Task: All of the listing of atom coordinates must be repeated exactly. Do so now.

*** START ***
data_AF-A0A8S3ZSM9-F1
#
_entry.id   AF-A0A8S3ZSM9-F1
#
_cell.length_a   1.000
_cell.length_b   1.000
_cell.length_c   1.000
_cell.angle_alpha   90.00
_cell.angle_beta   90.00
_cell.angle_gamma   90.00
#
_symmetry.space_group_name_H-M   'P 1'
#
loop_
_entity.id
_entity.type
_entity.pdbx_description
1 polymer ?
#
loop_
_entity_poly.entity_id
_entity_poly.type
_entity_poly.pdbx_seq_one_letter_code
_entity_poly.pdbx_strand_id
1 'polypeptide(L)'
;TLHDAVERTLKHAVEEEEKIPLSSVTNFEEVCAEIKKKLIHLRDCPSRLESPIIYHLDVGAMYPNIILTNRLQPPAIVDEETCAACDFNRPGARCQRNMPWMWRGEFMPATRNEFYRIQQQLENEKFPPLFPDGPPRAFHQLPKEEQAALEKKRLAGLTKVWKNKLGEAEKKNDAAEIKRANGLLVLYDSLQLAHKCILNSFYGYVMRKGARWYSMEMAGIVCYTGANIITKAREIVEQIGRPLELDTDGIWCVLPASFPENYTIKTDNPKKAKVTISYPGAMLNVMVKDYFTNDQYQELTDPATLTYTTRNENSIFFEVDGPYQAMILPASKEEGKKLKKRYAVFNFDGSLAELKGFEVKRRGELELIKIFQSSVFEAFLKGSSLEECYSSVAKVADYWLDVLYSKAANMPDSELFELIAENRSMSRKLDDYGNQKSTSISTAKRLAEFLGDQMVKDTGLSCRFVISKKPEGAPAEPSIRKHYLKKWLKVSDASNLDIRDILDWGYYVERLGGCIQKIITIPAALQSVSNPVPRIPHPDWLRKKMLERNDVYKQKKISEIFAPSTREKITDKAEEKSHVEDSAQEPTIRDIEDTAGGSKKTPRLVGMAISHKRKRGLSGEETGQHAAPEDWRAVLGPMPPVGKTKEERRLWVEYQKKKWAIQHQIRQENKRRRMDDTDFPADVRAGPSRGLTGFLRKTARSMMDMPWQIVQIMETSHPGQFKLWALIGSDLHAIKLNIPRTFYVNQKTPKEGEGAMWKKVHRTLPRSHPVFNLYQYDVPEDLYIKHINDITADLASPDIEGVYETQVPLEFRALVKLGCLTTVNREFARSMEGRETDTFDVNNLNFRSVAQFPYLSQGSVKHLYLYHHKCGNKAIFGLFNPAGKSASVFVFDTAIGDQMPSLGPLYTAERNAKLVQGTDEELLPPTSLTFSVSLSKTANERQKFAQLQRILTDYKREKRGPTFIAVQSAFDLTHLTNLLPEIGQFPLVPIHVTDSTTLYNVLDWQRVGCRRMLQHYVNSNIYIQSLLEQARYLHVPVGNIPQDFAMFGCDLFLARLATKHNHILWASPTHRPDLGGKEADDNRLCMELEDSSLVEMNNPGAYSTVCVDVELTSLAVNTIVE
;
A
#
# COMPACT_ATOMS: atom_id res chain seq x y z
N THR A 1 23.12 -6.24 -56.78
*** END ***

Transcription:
data_AF-A0A8S3ZSM9-F1
#
_entry.id   AF-A0A8S3ZSM9-F1
#
_cell.length_a   1.000
_cell.length_b   1.000
_cell.length_c   1.000
_cell.angle_alpha   90.00
_cell.angle_beta   90.00
_cell.angle_gamma   90.00
#
_symmetry.space_group_name_H-M   'P 1'
#
loop_
_entity.id
_entity.type
_entity.pdbx_description
1 polymer ?
#
loop_
_entity_poly.entity_id
_entity_poly.type
_entity_poly.pdbx_seq_one_letter_code
_entity_poly.pdbx_strand_id
1 'polypeptide(L)'
;TLHDAVERTLKHAVEEEEKIPLSSVTNFEEVCAEIKKKLIHLRDCPSRLESPIIYHLDVGAMYPNIILTNRLQPPAIVDEETCAACDFNRPGARCQRNMPWMWRGEFMPATRNEFYRIQQQLENEKFPPLFPDGPPRAFHQLPKEEQAALEKKRLAGLTKVWKNKLGEAEKKNDAAEIKRANGLLVLYDSLQLAHKCILNSFYGYVMRKGARWYSMEMAGIVCYTGANIITKAREIVEQIGRPLELDTDGIWCVLPASFPENYTIKTDNPKKAKVTISYPGAMLNVMVKDYFTNDQYQELTDPATLTYTTRNENSIFFEVDGPYQAMILPASKEEGKKLKKRYAVFNFDGSLAELKGFEVKRRGELELIKIFQSSVFEAFLKGSSLEECYSSVAKVADYWLDVLYSKAANMPDSELFELIAENRSMSRKLDDYGNQKSTSISTAKRLAEFLGDQMVKDTGLSCRFVISKKPEGAPAEPSIRKHYLKKWLKVSDASNLDIRDILDWGYYVERLGGCIQKIITIPAALQSVSNPVPRIPHPDWLRKKMLERNDVYKQKKISEIFAPSTREKITDKAEEKSHVEDSAQEPTIRDIEDTAGGSKKTPRLVGMAISHKRKRGLSGEETGQHAAPEDWRAVLGPMPPVGKTKEERRLWVEYQKKKWAIQHQIRQENKRRRMDDTDFPADVRAGPSRGLTGFLRKTARSMMDMPWQIVQIMETSHPGQFKLWALIGSDLHAIKLNIPRTFYVNQKTPKEGEGAMWKKVHRTLPRSHPVFNLYQYDVPEDLYIKHINDITADLASPDIEGVYETQVPLEFRALVKLGCLTTVNREFARSMEGRETDTFDVNNLNFRSVAQFPYLSQGSVKHLYLYHHKCGNKAIFGLFNPAGKSASVFVFDTAIGDQMPSLGPLYTAERNAKLVQGTDEELLPPTSLTFSVSLSKTANERQKFAQLQRILTDYKREKRGPTFIAVQSAFDLTHLTNLLPEIGQFPLVPIHVTDSTTLYNVLDWQRVGCRRMLQHYVNSNIYIQSLLEQARYLHVPVGNIPQDFAMFGCDLFLARLATKHNHILWASPTHRPDLGGKEADDNRLCMELEDSSLVEMNNPGAYSTVCVDVELTSLAVNTIVE
;
A
#
# COMPACT_ATOMS: atom_id res chain seq x y z
N THR A 1 23.12 -6.24 -56.78